Fall in Colorado is an amazing time of year. The nights cool, but days stay warm. We wrap up our camping season and focus a bit more on local responsibilities. Pumpkins are picked, our freezer is refilled with beef, huge storms blow through, and my kiddo celebrates his birthday.
Little G turned 4 years old this year. To be honest, he does not seem much like a “little” any more. These days he is learning to sound out letters, learning to ride a peddle bike, learning how to draw recognizable shapes, and learning so many other skills that will take him towards independence some day.
Of course it’s not just what he is learning every day, but what Mark and I learn from him as well. When G was a new-born, we had a neighbor who wouldn’t ask about the most recent “baby first,” but rather would ask me what I had learned from the baby lately. It always gave me a moment of pause and reflection, and a lovely change in perspective that left me feeling less hassled and more grateful for the experience of being a parent.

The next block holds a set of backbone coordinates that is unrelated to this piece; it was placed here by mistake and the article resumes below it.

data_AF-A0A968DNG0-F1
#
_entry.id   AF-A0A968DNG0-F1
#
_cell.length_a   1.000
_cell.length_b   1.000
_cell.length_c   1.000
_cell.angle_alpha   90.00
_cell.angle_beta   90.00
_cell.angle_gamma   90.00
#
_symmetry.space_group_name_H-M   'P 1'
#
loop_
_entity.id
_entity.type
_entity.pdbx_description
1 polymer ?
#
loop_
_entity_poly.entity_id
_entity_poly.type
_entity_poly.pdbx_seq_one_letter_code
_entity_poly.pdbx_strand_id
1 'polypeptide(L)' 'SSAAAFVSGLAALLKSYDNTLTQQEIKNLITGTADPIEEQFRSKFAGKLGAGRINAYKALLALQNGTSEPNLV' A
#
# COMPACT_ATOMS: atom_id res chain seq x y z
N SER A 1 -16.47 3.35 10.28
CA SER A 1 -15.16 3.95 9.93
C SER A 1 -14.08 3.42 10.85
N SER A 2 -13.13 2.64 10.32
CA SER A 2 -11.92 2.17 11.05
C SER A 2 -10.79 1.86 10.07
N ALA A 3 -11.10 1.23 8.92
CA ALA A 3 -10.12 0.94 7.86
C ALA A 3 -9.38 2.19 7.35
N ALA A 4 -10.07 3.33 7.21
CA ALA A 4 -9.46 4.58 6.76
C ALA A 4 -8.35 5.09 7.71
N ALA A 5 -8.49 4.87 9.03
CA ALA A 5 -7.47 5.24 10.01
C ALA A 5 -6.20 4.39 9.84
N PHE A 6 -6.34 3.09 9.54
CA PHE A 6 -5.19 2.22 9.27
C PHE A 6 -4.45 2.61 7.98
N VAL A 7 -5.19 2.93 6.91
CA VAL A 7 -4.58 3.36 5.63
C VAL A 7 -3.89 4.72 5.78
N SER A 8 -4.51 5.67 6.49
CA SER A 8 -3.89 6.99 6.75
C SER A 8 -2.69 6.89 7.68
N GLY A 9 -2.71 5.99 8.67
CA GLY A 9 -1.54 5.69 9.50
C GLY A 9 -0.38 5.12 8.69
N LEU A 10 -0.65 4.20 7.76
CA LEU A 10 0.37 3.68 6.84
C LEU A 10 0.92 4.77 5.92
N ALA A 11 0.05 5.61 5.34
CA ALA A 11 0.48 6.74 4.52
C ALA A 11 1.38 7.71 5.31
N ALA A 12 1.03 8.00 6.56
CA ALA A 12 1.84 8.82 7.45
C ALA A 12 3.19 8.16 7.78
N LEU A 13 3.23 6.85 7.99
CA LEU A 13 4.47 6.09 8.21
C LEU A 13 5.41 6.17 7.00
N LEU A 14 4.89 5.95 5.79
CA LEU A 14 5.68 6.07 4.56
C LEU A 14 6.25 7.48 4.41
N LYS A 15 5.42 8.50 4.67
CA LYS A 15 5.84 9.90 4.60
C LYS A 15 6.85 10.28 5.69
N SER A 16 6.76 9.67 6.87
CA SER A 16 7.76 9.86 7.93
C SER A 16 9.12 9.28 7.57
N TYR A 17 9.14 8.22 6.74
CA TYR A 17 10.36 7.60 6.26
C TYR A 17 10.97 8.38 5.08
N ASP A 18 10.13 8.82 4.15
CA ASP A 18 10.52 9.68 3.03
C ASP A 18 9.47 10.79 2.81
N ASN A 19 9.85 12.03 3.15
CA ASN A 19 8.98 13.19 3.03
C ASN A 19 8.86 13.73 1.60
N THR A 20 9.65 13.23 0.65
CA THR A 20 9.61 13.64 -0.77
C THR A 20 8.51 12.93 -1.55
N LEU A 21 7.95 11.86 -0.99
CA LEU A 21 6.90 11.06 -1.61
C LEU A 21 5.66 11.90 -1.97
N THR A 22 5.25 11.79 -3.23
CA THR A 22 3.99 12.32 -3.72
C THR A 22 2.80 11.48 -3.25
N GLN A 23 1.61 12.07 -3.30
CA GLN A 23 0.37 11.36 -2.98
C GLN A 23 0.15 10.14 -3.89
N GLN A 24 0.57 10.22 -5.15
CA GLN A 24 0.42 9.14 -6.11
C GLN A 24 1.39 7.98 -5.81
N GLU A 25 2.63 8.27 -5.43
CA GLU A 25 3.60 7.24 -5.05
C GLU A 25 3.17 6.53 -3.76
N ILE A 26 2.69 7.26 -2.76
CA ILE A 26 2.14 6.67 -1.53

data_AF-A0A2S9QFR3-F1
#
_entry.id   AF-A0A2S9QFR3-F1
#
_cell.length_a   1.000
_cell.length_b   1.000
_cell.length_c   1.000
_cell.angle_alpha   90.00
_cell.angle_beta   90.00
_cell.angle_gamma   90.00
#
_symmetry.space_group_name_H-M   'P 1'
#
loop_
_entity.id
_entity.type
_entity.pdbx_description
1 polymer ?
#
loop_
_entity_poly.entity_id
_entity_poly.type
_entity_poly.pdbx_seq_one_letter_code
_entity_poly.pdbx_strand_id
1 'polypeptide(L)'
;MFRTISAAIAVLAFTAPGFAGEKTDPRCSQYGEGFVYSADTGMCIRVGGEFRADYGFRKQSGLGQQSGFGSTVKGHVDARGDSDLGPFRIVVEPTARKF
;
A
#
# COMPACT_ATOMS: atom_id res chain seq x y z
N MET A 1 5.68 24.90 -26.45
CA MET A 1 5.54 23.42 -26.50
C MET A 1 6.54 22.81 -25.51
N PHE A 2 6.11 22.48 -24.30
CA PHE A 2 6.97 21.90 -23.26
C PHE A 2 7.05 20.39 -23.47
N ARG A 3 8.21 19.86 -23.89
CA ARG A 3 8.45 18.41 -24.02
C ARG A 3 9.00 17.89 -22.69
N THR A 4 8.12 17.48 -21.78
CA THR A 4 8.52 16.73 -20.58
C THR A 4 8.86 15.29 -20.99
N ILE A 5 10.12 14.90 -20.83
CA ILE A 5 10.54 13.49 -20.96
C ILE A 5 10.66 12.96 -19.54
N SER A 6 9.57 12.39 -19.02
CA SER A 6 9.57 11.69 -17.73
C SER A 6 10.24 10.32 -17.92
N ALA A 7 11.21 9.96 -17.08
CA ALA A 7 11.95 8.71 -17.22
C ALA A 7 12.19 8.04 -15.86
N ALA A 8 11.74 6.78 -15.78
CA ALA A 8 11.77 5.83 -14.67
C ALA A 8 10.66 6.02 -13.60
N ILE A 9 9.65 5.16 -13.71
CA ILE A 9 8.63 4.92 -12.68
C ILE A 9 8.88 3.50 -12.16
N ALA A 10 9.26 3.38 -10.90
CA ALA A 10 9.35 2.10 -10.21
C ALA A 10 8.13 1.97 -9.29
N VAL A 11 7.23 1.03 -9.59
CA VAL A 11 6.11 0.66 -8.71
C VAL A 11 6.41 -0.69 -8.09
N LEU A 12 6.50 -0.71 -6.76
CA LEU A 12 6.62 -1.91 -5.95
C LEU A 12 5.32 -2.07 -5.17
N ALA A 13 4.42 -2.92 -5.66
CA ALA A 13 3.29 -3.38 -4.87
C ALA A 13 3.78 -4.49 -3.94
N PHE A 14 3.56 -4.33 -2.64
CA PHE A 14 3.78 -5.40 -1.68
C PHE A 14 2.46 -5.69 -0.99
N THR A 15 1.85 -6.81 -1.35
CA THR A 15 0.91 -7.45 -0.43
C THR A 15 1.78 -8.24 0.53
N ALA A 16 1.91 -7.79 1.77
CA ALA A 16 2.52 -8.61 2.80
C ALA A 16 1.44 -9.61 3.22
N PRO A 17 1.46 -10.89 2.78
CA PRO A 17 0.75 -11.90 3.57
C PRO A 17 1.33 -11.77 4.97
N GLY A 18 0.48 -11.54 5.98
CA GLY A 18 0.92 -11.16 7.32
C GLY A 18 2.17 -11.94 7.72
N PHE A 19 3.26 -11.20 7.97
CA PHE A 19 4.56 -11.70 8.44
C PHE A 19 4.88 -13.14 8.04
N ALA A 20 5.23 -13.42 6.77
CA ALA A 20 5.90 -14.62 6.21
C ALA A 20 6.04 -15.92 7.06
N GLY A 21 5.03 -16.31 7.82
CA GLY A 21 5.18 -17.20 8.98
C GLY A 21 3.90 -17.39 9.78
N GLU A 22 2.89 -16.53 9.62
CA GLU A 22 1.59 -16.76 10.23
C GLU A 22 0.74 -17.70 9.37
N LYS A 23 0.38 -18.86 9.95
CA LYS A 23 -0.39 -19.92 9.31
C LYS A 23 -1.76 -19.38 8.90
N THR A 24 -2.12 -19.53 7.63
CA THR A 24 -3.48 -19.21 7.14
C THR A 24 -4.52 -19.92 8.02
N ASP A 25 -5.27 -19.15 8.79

Because I enjoyed the question so much, I began a tradition of writing out the top 10 things I learned from my kiddo each year on his birthday. You can read year one, year two, and year three if you are interested.
A fourth birthday has come to pass, and so here is my list of the top things I learned from Little G in the previous year:
10. We all can do hard things. It helps when somebody reminds us of that fact occasionally.
9. The most fun way to experience the wilderness is with friends.
8. Is it possible to ask too many questions? We are all on a quest to find the ultimate “WHY.”
7. Barefoot is the best!
6. Explore everything. Explore the sandbox, explore the mountains, explore your food. It’s the only way to discover something new!
5. Dirt is awesome. Water is awesome. Rocks are awesome. Everything is awesome! (One of his favorite songs!)
4. Cool is better than pretty. (Controversial, I know, but G was pretty confidant in this fact.)
3. Rules keep us safe and keep us all working together as a team. It is very important to communicate exactly what we expect from each other, and what happens when we mess up. (Corollary just for me: a quiet, stern voice gets the point across better than yelling it.)
2. Give hugs. Give kisses. Rub the owie. Say “I love you.” The most important thing for everybody to know is that they are loved.
1. Smiling and laughing makes the hard times easier, and the easy times perfect.